Anthro blogs collaborating for love letters for Anthropology :)

Anthropology Love Letters

from Neuroanthropology by daniel.lende

On Valentine?s Day, Rex at Savage Minds called for love letters to anthropology.

This idea is simple: in the next seven days, for a few thousand words, somewhere public on the Internet, write about why you like anthropology. Then we?ll make the guys at Neuroanthropology do a round up.

Collaboration Abounds: Savage Minds – Neuroanthropoloy – Middle Savagery

from ethnografix by Ryan Anderson

There’s a lot of good stuff to check out lately in anthro/archaeo blogging world, that’s for sure. The first stems from the idea that Rex at Savage Minds came up with a few weeks back: love letters to anthropology. Various people responded to this collaborative call–including Rex himself–and Daniel Lende put several of these together at Neuroanthropology. Definitely worth taking some time to read through…and think about how and why we’re all doing this anthropology thing.

Anthropologist Pleads Guilty for Stealing Artifacts

from American Anthropological Association by Joslyn O.

According to the Chicago Tribune, Professor Daniel S. Amick of Loyola University of Chicago plead guilty to violating the Archaeological Resources Protection Act:

Notes about Grandin’s “The Last Colonial Massacre”

from ethnografix by Ryan Anderson

There is one overarching theme that crops up in these readings that I can?t stop thinking about: democracy. I have read several histories and ethnographies that talk about US interventions and policies in Latin America, and the stories are usually pretty similar. This book by Greg Grandin provides more of the same: the US took a position on Guatemala that was completely anti-democratic, all in the name of democracy.

Ethics Task Force reviews new draft principle

from American Anthropological Association by Joslyn O.

This post is a special message by the Ethics Task Force. They are currently reviewing the Code of Ethics and request active participation of member input. To view the recent Draft Principle, click here. Additional information, comments and announcements during this review process are located here.

As a reminder, the task force has been asked to undertake a thorough review of our current code of ethics, and to suggest revisions. We have begun a process of drafting revisions, and are asking for your involvement in that process.


Saba Mahmood: Democracy is not enough – Anthropologists on the Arab revolution part II

from – anthropology in the news blog by Lorenz

Voice of Freedom / Sout Al Horeya by Amir Eid ft. Hany Adel

(post in progress) While the revolutions in Northern Africa and the Middle East are spreading and the Libyan people managed to get rid of another dictator, anthropologists continue to comment the recent events. Here is a short overview.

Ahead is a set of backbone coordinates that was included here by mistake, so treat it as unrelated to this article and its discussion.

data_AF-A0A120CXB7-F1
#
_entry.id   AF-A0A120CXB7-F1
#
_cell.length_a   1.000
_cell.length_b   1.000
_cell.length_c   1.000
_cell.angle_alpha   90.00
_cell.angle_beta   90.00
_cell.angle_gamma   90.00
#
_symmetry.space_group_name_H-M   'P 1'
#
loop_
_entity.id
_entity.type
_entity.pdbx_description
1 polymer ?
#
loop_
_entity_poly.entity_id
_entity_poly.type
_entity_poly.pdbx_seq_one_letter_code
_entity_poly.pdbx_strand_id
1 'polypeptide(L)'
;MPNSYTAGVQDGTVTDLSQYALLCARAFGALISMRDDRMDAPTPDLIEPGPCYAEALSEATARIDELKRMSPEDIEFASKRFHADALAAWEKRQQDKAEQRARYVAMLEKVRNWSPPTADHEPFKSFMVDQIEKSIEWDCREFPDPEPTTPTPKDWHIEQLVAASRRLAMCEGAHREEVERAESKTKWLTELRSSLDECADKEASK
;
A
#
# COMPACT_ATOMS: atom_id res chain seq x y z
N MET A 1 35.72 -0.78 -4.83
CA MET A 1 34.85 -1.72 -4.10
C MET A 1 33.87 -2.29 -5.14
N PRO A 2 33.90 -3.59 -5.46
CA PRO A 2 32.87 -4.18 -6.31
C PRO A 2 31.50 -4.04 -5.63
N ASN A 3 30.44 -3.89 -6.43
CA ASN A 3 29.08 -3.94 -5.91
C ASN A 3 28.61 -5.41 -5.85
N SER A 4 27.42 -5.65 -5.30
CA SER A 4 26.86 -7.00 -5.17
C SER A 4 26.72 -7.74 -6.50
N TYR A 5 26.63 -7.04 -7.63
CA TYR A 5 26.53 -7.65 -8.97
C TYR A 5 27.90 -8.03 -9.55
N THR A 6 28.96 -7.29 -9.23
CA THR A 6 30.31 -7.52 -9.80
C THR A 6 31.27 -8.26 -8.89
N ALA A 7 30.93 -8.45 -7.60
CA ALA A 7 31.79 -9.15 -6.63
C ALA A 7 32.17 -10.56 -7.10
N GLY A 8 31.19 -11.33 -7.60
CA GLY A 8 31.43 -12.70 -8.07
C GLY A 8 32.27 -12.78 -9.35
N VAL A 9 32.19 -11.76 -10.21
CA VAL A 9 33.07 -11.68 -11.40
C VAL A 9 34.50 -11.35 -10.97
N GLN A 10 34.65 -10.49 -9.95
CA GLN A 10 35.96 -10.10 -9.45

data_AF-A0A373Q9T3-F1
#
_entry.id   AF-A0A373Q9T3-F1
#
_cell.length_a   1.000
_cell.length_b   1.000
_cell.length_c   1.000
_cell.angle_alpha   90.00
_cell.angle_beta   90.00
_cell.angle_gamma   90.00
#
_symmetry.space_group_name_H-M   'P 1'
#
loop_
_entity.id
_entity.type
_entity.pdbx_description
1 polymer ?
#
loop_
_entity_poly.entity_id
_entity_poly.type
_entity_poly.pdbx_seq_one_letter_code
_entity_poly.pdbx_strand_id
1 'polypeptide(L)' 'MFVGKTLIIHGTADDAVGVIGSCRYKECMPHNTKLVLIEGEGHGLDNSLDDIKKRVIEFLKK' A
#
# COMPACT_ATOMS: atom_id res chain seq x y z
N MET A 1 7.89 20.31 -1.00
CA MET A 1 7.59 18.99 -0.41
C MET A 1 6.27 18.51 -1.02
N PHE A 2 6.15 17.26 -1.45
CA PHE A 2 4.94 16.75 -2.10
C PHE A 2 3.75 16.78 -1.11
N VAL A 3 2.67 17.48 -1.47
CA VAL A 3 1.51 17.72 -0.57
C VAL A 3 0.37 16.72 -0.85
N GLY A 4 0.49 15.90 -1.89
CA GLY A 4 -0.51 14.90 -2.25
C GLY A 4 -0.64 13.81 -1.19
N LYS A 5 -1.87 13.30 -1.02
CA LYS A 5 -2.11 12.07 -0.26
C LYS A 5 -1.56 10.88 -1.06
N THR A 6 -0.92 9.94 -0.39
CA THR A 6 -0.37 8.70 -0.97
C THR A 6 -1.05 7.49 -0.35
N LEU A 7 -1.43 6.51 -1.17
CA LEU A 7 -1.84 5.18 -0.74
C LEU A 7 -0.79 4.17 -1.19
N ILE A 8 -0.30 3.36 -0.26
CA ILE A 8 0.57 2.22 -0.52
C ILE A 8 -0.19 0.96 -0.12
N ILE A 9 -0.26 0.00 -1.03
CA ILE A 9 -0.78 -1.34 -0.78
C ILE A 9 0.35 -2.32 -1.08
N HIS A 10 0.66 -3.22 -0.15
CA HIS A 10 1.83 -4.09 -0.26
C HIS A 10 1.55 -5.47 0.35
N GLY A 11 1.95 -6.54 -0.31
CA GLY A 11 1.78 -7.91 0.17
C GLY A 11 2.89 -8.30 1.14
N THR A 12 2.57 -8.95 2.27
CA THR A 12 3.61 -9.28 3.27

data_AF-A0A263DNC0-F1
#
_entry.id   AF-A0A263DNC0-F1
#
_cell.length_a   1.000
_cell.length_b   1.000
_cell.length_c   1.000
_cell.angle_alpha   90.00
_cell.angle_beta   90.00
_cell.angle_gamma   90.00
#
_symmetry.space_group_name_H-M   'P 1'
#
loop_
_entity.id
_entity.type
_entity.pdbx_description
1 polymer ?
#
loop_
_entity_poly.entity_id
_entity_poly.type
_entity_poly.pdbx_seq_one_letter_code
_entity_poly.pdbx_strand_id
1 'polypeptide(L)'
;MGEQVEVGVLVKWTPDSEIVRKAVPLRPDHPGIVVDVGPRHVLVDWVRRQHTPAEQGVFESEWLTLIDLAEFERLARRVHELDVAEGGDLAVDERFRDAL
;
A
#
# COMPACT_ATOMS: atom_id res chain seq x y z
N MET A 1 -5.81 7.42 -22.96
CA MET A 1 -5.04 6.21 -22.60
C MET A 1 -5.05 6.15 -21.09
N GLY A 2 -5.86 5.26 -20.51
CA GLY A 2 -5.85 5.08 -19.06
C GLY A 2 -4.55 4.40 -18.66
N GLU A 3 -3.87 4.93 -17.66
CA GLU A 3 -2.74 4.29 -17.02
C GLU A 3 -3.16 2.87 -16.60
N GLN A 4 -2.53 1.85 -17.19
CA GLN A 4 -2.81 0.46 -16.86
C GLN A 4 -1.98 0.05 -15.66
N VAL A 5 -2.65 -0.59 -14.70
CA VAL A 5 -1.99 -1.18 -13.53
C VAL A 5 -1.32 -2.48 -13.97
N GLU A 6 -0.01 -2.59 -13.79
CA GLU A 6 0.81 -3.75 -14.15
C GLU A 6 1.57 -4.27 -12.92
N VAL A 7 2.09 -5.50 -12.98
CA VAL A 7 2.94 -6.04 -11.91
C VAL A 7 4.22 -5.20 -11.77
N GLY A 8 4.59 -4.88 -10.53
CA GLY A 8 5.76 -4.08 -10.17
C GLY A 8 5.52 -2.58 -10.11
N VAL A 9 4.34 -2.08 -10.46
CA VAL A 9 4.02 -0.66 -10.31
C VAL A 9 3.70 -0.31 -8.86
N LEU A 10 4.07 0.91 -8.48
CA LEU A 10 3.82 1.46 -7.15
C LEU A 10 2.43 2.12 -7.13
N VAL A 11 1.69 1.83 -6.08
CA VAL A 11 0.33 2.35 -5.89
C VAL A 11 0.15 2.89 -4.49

Anthropology Without Doctorates

from NAPA by

Inside Higher Ed has written an article about anthropologists without doctorates degrees.  You can find it here.

Life, Anthropology, and Love

from Neuroanthropology by daniel.lende

For my love letter to anthropology, I have written a series of short vignettes. As Elizabeth Barrett Browning once wrote, ?How do I love thee? Let me count the ways.

The Anthropological Comic Book – an alternative way of reaching the audience

from – anthropology in the news blog by Lorenz

What about presenting research findings with cartoons? A few days ago, anthropologists Aleksandra Bartoszko and Anne Birgitte Leseth published a research report as a comic book – together with cartoonist Marcin Ponomarew. And it was a success! Take a look at here

In the Journals…

from Somatosphere by Aaron Seaman

Winter may induce hibernation for some, but evidently not those involved with the publishing industry. We have a bevy of new articles this month, so enjoy…

In the newest issue of American Ethnologist, ?Resistance or Inaction? Protecting Ayurvedic Medical Knowledge and Problems of Agency?, by Murphy Halliburton, is an examination into the challenges that India’s new Patents Act (required by the WTO) poses for India’s ayurvedic practitioners.

Ethnography is like fishing?(h/t Marcel Mauss and James Ferguson)

from Savage Minds: Notes and Queries in Anthropology ? A Group Blog by julian

I have gotten a couple of comments regarding methods, access, etc. (thanks for the comments!); I will get to those issues later this week. Today I thought I would give a description of the early portion of ethnographic research that Bloomberg?s New York is based on?a narrative of what actually happened, rather than the packaged, fabricated narrative that we as academic professionals spend so much time self-consciously producing.


Final Draft of DDIG Annual Report to SAA

from Digging Digitally by Josh Wells

The following is the final draft of the DDIG report to the SAA as seen in the preliminary draft dated Jan. 28 (link).

Annual Report of the SAA Digital Data Interest Group, 2010

The Digital Data Interest Group (DDIG) had a productive year in 2010. The expansion of information and communication technologies (ICTs) creating digital data from archaeological practices appears to continue at a rate relatively equivalent or higher than that generally found within the social sciences. This year saw the publication of a number of items pertaining to digital data use in archaeology in SAA periodicals. The annual SAA meeting in Saint Louis contained a variety of symposia and general contributions specifically pertaining to the implications of ICTs and digital data in archaeological practice, including a DDIG-sponsored digital symposium. This report will address SAA activities related to DDIG, and then provide a general assessment of digital data developments in general with the potential to affect American archaeology as construed in the SAA mission statement.

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